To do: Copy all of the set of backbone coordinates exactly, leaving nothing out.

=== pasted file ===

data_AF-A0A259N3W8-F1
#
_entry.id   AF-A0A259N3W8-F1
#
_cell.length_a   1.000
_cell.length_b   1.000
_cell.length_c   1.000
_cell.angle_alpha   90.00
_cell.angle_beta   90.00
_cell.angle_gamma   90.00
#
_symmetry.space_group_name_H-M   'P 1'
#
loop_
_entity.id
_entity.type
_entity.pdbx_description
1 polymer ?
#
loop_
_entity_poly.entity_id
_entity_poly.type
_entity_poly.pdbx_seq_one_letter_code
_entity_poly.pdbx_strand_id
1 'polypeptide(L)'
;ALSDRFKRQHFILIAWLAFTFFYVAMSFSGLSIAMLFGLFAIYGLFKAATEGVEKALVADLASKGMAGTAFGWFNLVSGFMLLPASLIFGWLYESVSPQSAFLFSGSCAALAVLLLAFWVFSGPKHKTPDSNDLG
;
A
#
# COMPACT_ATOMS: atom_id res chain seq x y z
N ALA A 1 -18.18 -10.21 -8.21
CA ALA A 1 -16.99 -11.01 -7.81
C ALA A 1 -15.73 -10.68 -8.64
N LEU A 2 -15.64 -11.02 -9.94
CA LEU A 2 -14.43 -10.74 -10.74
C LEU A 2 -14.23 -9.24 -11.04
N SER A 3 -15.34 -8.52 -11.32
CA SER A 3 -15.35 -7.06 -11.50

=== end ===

data_AF-A0A259N3W8-F1
#
_entry.id   AF-A0A259N3W8-F1
#
_cell.length_a   1.000
_cell.length_b   1.000
_cell.length_c   1.000
_cell.angle_alpha   90.00
_cell.angle_beta   90.00
_cell.angle_gamma   90.00
#
_symmetry.space_group_name_H-M   'P 1'
#
loop_
_entity.id
_entity.type
_entity.pdbx_description
1 polymer ?
#
loop_
_entity_poly.entity_id
_entity_poly.type
_entity_poly.pdbx_seq_one_letter_code
_entity_poly.pdbx_strand_id
1 'polypeptide(L)'
;ALSDRFKRQHFILIAWLAFTFFYVAMSFSGLSIAMLFGLFAIYGLFKAATEGVEKALVADLASKGMAGTAFGWFNLVSGFMLLPASLIFGWLYESVSPQSAFLFSGSCAALAVLLLAFWVFSGPKHKTPDSNDLG
;
A
#
# COMPACT_ATOMS: atom_id res chain seq x y z
N ALA A 1 -18.18 -10.21 -8.21
CA ALA A 1 -16.99 -11.01 -7.81
C ALA A 1 -15.73 -10.68 -8.64
N LEU A 2 -15.64 -11.02 -9.94
CA LEU A 2 -14.43 -10.74 -10.74
C LEU A 2 -14.23 -9.24 -11.04
N SER A 3 -15.34 -8.52 -11.32
CA SER A 3 -15.35 -7.06 -11.50